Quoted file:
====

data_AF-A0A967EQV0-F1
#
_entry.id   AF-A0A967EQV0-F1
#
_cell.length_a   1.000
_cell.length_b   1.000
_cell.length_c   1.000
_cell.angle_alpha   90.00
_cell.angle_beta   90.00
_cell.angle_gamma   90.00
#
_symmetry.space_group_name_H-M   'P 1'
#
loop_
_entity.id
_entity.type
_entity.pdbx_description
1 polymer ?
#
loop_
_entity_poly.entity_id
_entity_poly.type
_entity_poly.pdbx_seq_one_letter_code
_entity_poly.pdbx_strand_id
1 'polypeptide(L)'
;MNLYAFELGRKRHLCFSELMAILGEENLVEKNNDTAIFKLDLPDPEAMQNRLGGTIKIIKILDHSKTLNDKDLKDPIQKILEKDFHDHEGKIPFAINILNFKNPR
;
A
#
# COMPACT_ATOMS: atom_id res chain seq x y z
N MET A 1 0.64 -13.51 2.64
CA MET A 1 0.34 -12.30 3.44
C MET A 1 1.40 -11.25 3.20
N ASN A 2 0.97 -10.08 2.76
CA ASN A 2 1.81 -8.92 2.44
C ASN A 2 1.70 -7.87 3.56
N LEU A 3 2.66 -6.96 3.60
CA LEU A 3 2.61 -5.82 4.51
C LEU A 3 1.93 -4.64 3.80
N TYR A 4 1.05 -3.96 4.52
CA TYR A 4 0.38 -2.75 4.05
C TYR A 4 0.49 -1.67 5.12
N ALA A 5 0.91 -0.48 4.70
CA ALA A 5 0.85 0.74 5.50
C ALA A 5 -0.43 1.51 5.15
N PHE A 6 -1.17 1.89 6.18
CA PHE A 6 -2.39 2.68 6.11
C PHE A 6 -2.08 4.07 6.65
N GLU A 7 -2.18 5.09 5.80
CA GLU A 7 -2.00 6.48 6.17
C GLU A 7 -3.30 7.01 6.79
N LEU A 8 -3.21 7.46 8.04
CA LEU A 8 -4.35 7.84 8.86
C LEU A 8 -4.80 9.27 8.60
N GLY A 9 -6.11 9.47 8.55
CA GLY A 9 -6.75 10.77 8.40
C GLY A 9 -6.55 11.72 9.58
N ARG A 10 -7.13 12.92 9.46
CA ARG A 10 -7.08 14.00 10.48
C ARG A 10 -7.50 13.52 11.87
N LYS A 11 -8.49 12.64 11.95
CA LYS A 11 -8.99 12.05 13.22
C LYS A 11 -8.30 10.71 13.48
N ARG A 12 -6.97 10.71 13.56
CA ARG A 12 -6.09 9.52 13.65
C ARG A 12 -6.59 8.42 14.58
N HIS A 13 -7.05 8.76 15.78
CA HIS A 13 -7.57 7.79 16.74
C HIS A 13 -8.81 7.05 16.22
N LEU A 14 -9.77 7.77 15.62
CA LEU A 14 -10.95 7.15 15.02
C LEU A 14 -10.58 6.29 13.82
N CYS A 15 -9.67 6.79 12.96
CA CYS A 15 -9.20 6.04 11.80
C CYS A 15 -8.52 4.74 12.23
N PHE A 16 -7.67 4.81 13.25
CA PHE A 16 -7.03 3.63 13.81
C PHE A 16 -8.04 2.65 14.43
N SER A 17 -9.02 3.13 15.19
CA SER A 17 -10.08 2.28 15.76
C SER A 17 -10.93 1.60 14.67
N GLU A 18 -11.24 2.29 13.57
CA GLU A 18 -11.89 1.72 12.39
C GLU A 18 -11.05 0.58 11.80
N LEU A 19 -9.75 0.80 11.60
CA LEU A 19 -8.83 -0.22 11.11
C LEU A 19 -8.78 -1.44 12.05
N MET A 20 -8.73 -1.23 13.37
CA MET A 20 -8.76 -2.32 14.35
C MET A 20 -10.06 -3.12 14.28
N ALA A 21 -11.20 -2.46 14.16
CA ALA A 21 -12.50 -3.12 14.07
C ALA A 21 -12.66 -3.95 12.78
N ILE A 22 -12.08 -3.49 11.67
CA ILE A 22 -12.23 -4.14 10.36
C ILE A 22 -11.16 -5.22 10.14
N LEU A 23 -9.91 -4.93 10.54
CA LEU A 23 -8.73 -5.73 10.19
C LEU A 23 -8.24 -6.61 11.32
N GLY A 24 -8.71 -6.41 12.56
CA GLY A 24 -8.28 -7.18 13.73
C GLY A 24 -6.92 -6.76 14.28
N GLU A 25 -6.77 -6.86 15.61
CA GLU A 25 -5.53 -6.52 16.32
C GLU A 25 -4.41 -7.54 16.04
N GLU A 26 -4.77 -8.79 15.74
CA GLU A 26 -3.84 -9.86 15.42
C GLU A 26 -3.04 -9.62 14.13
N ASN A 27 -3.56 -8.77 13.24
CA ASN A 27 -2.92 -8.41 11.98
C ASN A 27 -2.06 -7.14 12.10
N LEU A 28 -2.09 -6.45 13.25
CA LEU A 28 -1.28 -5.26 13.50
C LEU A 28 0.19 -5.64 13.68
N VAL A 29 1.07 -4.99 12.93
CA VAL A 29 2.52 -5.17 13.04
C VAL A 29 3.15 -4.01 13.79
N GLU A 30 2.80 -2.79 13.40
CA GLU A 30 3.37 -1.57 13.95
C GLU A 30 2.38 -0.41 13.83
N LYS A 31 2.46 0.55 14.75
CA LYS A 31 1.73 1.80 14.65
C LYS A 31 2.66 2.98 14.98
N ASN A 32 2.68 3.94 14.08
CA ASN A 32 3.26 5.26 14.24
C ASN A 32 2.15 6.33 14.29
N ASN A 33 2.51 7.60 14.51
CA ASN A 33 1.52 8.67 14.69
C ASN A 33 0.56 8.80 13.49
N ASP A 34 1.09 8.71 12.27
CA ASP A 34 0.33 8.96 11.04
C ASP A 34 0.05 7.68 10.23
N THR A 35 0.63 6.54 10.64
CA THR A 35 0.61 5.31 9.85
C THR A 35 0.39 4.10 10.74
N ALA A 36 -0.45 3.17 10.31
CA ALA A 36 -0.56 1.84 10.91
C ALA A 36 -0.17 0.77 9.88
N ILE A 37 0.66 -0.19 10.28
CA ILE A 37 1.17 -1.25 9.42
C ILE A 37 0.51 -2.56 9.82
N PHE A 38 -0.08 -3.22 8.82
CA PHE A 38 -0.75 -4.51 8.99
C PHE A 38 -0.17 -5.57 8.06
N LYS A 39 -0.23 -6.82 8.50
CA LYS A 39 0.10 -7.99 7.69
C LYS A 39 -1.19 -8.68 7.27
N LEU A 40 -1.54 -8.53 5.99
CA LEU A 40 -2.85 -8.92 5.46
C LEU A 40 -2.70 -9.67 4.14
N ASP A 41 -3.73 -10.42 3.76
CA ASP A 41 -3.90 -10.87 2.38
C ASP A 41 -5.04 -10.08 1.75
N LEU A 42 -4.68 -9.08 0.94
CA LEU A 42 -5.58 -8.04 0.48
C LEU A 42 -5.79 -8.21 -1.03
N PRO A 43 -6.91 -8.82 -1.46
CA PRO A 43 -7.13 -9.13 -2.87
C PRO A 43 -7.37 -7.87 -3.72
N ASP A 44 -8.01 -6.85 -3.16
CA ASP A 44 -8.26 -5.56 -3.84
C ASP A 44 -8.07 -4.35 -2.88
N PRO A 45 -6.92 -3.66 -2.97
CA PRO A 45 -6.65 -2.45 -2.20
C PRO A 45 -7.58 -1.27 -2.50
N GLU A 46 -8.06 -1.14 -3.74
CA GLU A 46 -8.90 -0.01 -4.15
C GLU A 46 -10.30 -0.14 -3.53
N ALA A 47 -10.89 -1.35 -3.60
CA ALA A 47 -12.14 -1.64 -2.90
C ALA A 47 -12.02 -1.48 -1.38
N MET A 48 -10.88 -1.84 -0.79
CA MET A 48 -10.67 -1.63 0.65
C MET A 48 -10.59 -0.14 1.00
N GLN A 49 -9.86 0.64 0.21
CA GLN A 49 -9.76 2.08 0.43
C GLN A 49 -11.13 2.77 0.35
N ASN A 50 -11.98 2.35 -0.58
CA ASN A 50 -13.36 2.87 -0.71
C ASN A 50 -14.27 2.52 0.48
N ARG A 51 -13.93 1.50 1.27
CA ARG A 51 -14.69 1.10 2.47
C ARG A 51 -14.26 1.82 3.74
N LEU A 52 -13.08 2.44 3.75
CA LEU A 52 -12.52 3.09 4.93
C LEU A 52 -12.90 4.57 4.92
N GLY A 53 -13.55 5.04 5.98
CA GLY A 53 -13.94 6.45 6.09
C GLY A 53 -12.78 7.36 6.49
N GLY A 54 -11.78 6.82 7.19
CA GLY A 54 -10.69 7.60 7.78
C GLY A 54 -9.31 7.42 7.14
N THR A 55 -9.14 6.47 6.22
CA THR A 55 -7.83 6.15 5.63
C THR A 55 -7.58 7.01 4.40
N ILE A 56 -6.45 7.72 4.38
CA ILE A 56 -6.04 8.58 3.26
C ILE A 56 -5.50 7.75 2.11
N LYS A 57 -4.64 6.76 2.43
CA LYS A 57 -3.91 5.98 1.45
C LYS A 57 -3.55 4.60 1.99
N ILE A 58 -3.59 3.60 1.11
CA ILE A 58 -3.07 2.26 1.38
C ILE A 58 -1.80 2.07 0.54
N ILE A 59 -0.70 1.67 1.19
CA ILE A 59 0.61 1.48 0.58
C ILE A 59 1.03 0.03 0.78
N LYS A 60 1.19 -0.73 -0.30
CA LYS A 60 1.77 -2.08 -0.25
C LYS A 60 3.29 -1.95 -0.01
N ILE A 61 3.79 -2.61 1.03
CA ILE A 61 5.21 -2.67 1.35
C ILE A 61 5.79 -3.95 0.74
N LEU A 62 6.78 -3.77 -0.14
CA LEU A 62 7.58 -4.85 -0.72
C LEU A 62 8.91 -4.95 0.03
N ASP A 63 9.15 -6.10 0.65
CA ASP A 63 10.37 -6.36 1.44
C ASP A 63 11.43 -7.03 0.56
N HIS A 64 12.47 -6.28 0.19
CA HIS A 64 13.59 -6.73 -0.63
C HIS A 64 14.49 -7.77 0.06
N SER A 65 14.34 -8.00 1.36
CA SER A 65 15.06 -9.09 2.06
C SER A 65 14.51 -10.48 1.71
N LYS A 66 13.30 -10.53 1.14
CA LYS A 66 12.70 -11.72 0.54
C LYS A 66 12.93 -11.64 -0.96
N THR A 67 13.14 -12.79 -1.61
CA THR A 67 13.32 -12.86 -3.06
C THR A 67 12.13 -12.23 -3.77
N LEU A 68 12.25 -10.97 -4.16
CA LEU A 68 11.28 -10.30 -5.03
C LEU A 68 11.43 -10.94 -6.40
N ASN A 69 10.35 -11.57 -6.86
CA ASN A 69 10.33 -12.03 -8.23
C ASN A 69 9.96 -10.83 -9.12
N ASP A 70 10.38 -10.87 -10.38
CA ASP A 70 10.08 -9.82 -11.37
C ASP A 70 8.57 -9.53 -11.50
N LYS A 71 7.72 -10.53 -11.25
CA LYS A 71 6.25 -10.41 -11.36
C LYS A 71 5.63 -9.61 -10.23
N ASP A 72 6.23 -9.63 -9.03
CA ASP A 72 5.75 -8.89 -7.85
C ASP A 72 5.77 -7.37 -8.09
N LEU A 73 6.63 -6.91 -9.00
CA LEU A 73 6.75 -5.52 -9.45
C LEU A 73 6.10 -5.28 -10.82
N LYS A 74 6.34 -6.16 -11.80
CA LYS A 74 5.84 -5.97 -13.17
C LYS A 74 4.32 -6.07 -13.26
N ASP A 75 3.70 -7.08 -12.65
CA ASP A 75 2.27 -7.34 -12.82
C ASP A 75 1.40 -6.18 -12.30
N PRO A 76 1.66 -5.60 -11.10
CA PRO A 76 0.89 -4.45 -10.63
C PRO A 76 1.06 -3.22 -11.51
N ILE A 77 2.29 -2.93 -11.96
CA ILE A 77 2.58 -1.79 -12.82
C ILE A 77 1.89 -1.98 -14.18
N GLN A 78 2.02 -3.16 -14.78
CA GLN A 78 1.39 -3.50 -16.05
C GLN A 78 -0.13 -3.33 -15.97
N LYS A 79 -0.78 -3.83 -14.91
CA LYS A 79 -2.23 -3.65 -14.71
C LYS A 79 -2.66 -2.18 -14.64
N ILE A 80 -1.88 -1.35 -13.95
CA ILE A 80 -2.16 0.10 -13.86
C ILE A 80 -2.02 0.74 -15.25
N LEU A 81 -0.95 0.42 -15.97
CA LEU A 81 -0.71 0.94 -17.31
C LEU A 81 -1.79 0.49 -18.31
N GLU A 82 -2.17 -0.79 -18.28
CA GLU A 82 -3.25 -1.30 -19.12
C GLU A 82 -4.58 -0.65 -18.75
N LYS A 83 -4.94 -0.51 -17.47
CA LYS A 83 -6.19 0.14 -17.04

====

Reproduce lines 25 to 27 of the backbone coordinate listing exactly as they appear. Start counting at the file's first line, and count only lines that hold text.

1 'polypeptide(L)'
;MNLYAFELGRKRHLCFSELMAILGEENLVEKNNDTAIFKLDLPDPEAMQNRLGGTIKIIKILDHSKTLNDKDLKDPIQKILEKDFHDHEGKIPFAINILNFKNPR
;